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ICYMI, it says “In the evening, after dinner, [Babar] tells the Old Lady’s friends all about his life in the great forest.”

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Curious George’s curiosity gets him fucking POACHED.

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Sure, it LOOKS innocent and fun, but the white man runs the zoo.

 

Theresa Duncan’s (Missed) Yahrtzeit

August 29, 2018

So this is truly embarrassing, but I had it in mind to write something acknowledging the 10 year anniversary of Theresa Duncan’s death, and I thought it was somewhat recent, but then I Googled it just now and saw that it was actually LAST summer.  This is what having an infant/toddler will do to you.

Anyway, I wanted to memorialize the summer of Duncan’s passing, which of course, being twenty-three at the time, I made into a commentary all about me, but obviously I’ve missed it.  And so did, it seems, everyone else: there was no gossip-y Nancy Jo Sales piece, no memorial service at Saint Mark’s Church, no biopic from Brett Easton Ellis playing at my local Alamo Drafthouse (although I’ve always thought the story was better suited for avant garde opera, no)?  There was a pretty good essay about it by a writer named Patricia Grisafi, although clearly not timed for the anniversary; there was nothing specifically mentioning the anniversary on her mother’s blog homage (blomage?) to Theresa, but then again, maybe she doesn’t mark the anniversaries the way us Jews do.

And also, maybe there weren’t those things because… there isn’t really much to say?  I’m realizing now that I don’t have anything to add to the story except that we should try not to forget these two people, or at least that I don’t think I will be able to forget these two people, which is something else entirely.  Wherever you two lovebirds are, I hope it’s sunny.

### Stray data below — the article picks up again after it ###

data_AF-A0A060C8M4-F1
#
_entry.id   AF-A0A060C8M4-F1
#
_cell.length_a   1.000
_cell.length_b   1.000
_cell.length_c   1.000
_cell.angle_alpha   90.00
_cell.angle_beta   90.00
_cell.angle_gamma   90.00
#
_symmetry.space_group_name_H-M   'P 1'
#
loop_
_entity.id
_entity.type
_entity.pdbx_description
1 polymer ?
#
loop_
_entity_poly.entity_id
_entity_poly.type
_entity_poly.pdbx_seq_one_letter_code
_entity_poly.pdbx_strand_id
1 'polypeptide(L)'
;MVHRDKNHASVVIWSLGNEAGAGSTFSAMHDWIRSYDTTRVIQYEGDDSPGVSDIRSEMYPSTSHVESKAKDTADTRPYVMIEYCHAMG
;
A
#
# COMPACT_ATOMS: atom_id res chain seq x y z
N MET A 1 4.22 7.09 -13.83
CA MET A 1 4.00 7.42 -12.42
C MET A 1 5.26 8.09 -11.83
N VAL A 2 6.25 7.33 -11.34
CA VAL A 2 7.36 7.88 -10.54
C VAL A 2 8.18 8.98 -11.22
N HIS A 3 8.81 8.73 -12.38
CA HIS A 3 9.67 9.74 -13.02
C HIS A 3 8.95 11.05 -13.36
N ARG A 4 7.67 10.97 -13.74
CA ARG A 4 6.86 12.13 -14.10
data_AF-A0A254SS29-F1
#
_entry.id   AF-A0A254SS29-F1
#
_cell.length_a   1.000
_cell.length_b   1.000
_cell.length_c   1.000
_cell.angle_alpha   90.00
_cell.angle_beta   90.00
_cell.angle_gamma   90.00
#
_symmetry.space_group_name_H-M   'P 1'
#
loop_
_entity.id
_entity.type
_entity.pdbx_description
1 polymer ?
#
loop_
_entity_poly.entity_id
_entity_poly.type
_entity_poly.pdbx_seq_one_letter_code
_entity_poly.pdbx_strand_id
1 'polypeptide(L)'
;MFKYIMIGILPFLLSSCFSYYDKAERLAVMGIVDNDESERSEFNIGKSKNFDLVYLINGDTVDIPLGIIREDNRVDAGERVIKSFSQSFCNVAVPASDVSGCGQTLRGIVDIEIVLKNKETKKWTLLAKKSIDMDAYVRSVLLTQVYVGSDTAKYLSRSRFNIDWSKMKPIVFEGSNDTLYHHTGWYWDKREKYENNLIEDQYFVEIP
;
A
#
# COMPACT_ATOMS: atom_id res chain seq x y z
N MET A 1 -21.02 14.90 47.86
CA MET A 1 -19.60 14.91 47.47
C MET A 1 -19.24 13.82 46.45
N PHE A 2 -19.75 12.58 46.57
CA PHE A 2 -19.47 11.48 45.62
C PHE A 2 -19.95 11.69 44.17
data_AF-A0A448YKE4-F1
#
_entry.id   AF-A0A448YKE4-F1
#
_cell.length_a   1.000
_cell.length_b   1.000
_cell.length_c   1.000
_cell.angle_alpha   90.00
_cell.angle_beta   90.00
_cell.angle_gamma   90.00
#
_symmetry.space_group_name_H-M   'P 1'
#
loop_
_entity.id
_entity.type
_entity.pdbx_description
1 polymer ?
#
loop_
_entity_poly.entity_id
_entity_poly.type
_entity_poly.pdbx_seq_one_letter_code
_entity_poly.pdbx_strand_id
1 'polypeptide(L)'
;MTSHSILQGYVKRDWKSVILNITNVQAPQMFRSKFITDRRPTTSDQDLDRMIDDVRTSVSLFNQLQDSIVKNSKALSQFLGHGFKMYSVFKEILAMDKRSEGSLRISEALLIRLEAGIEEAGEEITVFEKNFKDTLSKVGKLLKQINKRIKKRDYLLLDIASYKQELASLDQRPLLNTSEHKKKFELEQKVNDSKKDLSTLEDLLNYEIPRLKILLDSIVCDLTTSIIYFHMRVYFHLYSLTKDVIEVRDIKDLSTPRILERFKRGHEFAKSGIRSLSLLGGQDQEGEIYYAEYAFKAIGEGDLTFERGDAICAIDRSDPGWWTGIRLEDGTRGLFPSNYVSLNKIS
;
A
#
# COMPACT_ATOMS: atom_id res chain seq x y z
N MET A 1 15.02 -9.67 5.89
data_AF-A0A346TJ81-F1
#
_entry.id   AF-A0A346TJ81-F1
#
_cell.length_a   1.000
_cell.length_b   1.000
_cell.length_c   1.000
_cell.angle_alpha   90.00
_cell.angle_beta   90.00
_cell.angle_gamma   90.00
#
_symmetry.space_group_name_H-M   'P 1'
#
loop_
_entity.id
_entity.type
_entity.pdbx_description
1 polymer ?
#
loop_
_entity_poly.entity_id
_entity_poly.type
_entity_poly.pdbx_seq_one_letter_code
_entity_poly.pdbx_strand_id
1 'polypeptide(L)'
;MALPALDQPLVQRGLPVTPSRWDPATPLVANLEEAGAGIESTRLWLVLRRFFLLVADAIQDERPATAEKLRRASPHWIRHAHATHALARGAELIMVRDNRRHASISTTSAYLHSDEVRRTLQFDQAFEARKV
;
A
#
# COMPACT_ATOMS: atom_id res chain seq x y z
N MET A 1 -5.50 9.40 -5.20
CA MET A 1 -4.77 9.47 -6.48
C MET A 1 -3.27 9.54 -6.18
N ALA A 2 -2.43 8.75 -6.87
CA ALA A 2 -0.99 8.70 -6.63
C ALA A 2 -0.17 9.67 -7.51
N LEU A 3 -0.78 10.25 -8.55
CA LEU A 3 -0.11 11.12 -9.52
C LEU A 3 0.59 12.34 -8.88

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Eulogy for an Essay

May 9, 2018
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Contact Siobhan for framing options.

Spare Me the Hallelujahs

May 3, 2018

You guys probably saw that there was a “Beyonce mass” at a church in, I believe, San Francisco.  I could Google it and confirm, but I find it too depressing, so I won’t.

Why do I find it depressing?  This is yet another example––perhaps the most damning one of all––of our culture ceding morality and expertise to celebrities.

Listen, as far as celebrities go, Beyonce is a fine one.  She donated all that money to historical black colleges for scholarships, she donates money for clean water in Burundi, she preaches female empowerment (although interestingly, often single female empowerment, over a period of time when she was coupled).  But this is also an individual who likes to symbolically claim that high fashion is radicalism (it can be radical, but it isn’t principled), and who dresses her six-year-old in Gucci.  This not someone who is qualified for the position of saint.

To be clear, I think Beyonce would dig the idea of the mass, but I don’t think she wants to be a saint.  I think in this case, a lot of it is because we project onto her.  A lot of celebrities-turned-something-elses actively portray themselves as fit for their other roles.  Cases in point: Jenny McCarthy, whose medical advice people actually took (it still boggles the mind.). Less egregiously, Tom Hanks and Sean Penn, who offer up mediocre literary offerings and then are deemed “authors.”  Of course, who could forget the leader of free world?  Celebrities are now our pediatricians, politicians, clothing designers, childcare experts, and UN ambassadors.

“You should read this great new book about the true cause of depression,” my friend texts me.  “Elton John gave it a fantastic blurb.”  My first thought: why on earth would I care what Elton John has to say on a book about depression?  When I think about who should be vetting a book on depression, the people who come to mind are doctors or cultural critics or sometimes both––Gary Greenberg, Allen Frances, Peter Kramer, Andrew Solomon, Daphne Merkin, and so on.  When I say I’m not particularly interested in what Elton has to say on the subject, she responds, “If you don’t like him, Emma Thompson also gave it a blurb.”  I don’t think she was getting my point.